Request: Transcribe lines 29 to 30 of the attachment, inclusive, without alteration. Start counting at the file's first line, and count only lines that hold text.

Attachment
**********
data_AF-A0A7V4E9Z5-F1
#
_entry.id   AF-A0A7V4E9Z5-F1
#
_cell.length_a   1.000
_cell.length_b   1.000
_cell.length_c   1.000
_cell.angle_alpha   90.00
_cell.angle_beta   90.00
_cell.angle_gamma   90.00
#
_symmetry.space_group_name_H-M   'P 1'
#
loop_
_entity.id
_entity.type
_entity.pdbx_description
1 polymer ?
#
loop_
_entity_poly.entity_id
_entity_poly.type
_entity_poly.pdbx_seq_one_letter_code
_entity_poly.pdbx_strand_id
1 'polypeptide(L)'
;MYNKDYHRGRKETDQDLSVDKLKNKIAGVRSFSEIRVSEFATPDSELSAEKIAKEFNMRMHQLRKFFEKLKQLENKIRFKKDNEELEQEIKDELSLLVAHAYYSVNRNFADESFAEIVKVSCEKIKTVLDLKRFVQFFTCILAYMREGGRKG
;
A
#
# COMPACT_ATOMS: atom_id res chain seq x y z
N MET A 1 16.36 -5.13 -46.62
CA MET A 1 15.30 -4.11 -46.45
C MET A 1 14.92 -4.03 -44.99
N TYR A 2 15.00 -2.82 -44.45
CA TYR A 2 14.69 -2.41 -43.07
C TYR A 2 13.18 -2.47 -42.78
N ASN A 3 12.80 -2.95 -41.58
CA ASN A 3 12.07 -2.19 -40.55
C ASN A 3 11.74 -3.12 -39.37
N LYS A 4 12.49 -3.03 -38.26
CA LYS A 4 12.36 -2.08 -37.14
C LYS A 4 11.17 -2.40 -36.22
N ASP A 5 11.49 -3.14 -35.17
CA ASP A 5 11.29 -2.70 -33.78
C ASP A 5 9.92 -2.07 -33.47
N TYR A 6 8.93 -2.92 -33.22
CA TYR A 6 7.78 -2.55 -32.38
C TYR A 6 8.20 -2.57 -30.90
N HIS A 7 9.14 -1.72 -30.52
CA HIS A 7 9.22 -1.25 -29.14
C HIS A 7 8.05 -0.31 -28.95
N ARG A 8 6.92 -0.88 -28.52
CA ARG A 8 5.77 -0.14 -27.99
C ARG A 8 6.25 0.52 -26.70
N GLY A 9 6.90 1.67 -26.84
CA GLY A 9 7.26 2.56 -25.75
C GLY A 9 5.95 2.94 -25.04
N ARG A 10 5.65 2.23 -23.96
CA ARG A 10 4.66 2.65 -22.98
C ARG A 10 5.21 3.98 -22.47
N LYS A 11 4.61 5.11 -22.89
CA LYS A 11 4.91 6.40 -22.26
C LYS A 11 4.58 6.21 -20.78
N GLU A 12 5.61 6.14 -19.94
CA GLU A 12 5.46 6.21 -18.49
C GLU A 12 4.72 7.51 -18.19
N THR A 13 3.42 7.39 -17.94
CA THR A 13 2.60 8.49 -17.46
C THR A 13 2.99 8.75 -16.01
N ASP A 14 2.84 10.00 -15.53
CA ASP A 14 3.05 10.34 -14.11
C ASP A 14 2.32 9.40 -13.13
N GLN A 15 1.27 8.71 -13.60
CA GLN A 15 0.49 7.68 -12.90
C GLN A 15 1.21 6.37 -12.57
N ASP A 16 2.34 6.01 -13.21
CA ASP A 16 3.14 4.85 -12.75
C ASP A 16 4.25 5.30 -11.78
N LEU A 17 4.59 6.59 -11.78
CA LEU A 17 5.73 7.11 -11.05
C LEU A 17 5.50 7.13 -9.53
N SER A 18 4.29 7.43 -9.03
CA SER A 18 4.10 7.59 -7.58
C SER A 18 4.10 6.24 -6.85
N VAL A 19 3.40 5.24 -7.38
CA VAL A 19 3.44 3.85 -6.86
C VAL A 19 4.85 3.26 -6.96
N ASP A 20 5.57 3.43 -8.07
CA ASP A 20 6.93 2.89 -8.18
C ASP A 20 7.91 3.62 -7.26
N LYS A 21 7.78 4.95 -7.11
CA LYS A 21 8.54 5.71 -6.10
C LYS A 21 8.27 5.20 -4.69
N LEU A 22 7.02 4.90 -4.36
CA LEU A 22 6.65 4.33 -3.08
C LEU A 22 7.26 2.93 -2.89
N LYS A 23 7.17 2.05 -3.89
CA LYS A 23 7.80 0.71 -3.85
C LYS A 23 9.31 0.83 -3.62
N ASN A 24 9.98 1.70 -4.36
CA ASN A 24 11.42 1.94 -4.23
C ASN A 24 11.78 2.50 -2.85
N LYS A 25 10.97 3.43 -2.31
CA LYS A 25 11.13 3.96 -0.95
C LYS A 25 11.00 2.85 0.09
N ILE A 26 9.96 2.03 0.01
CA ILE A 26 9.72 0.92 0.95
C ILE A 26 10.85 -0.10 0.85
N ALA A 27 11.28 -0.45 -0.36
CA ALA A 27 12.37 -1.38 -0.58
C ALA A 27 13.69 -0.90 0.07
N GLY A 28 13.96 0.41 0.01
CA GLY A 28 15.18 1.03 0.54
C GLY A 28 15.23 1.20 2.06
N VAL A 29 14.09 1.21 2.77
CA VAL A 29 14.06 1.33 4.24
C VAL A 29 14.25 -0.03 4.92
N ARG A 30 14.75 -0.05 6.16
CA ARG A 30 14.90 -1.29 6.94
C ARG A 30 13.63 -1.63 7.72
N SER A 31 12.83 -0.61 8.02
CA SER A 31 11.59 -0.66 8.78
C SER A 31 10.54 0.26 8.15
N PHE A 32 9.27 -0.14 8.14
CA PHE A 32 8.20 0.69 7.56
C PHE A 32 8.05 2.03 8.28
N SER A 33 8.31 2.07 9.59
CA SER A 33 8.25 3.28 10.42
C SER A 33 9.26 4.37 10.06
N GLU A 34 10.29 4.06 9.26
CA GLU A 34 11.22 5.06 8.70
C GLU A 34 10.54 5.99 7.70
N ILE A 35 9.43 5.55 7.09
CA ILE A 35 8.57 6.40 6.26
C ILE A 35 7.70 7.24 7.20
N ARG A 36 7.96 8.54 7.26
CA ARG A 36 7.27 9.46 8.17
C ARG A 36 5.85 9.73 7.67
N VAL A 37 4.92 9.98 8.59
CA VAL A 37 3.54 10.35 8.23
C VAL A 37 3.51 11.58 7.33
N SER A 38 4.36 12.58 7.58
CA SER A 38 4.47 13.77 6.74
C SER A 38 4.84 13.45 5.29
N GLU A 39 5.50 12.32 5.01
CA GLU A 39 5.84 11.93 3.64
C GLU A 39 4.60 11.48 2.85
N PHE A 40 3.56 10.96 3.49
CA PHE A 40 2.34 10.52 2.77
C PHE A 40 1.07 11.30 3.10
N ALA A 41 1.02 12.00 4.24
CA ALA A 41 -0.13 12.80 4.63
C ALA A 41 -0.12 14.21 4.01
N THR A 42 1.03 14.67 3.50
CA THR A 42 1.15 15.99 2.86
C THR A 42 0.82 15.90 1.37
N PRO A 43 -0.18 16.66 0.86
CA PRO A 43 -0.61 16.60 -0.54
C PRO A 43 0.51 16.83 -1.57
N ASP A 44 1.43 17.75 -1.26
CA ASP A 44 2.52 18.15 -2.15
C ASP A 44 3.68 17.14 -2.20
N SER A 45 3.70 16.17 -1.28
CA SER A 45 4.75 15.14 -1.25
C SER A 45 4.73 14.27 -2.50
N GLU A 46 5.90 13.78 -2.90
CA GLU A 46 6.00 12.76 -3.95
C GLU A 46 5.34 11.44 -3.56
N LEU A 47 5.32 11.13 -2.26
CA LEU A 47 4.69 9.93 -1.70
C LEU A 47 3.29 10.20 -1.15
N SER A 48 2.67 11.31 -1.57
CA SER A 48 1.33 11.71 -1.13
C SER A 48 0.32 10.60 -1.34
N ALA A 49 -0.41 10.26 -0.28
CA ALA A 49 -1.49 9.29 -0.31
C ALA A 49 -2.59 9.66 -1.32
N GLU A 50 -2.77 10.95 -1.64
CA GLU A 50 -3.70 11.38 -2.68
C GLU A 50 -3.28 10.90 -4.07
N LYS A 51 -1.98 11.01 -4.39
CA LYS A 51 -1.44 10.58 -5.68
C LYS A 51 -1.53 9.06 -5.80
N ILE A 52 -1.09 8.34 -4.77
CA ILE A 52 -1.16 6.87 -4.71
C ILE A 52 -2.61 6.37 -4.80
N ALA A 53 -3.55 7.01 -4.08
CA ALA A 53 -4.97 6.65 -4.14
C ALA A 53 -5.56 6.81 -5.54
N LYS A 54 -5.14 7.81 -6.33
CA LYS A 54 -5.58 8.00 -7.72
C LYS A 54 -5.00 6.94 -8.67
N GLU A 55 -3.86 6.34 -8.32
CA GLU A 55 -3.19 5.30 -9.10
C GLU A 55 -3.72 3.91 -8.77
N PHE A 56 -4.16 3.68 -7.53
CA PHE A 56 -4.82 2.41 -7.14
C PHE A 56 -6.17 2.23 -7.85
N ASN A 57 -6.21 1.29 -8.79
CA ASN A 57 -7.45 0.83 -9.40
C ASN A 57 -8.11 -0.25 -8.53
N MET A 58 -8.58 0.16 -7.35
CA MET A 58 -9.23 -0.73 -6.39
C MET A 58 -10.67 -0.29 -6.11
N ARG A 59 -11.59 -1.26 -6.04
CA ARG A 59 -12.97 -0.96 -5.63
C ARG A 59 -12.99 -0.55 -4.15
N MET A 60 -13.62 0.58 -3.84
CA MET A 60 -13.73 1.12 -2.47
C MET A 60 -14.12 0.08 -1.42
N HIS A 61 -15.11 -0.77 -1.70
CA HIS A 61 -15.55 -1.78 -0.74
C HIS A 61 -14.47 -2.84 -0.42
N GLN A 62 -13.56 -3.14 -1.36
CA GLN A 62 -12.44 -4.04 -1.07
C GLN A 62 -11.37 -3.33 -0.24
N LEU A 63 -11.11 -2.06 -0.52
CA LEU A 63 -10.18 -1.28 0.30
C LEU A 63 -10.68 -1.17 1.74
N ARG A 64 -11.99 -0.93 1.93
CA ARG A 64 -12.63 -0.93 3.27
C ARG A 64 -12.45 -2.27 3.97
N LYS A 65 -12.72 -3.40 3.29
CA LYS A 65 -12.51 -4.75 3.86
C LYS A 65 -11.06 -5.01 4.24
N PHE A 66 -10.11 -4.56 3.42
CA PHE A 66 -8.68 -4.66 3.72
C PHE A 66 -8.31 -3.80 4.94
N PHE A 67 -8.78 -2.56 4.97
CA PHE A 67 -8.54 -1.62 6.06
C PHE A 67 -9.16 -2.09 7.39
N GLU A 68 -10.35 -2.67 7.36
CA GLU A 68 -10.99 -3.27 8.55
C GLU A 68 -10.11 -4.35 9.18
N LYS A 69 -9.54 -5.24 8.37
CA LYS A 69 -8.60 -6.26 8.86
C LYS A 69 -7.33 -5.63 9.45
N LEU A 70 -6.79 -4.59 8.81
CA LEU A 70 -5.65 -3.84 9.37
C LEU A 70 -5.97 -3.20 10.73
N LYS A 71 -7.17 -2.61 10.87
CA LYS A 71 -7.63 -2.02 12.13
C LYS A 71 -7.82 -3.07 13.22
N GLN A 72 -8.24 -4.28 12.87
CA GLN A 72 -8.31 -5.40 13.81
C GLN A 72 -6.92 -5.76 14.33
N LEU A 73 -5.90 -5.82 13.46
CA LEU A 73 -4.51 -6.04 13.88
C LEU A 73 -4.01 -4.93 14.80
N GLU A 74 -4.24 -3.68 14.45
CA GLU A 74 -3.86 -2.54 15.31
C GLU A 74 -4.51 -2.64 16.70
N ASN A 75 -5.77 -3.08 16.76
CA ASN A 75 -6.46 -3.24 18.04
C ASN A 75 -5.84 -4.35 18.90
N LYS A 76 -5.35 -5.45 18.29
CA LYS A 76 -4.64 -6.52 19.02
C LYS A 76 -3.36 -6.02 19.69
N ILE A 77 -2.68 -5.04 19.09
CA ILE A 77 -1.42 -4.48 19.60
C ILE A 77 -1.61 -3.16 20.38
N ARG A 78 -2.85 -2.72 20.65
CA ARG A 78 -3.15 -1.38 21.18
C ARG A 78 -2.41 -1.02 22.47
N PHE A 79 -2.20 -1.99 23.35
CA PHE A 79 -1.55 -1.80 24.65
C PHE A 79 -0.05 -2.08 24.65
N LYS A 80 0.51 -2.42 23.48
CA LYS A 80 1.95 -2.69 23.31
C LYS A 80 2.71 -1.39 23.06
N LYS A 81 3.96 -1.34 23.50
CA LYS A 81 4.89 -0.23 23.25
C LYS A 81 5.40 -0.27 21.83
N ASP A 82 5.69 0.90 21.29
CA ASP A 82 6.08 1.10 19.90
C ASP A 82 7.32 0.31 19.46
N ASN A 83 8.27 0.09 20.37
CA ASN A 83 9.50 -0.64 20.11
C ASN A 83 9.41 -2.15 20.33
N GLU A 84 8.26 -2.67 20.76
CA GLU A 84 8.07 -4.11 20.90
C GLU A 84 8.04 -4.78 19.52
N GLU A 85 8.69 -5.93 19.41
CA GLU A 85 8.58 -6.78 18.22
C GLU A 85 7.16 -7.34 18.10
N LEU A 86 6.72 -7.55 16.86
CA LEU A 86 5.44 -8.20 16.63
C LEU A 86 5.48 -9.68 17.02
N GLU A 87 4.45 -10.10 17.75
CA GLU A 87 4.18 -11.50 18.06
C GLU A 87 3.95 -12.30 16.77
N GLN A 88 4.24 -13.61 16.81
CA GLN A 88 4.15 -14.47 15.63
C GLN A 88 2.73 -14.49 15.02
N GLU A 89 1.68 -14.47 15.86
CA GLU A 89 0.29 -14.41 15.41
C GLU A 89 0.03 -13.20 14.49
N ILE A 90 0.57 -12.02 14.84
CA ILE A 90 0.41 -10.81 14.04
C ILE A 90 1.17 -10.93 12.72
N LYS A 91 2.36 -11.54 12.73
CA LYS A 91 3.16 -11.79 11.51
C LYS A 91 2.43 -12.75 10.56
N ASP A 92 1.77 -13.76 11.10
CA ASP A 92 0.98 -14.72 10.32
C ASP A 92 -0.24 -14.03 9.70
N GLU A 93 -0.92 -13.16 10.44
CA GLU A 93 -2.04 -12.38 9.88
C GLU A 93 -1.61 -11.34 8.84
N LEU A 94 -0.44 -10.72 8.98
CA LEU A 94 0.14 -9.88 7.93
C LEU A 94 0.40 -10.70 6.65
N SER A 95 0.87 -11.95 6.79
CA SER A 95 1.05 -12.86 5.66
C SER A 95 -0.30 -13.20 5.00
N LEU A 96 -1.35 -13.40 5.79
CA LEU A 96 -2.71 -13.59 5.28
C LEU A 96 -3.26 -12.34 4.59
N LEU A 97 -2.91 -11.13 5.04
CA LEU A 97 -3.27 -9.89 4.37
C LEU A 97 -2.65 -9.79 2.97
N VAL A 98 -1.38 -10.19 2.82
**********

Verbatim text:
#
# COMPACT_ATOMS: atom_id res chain seq x y z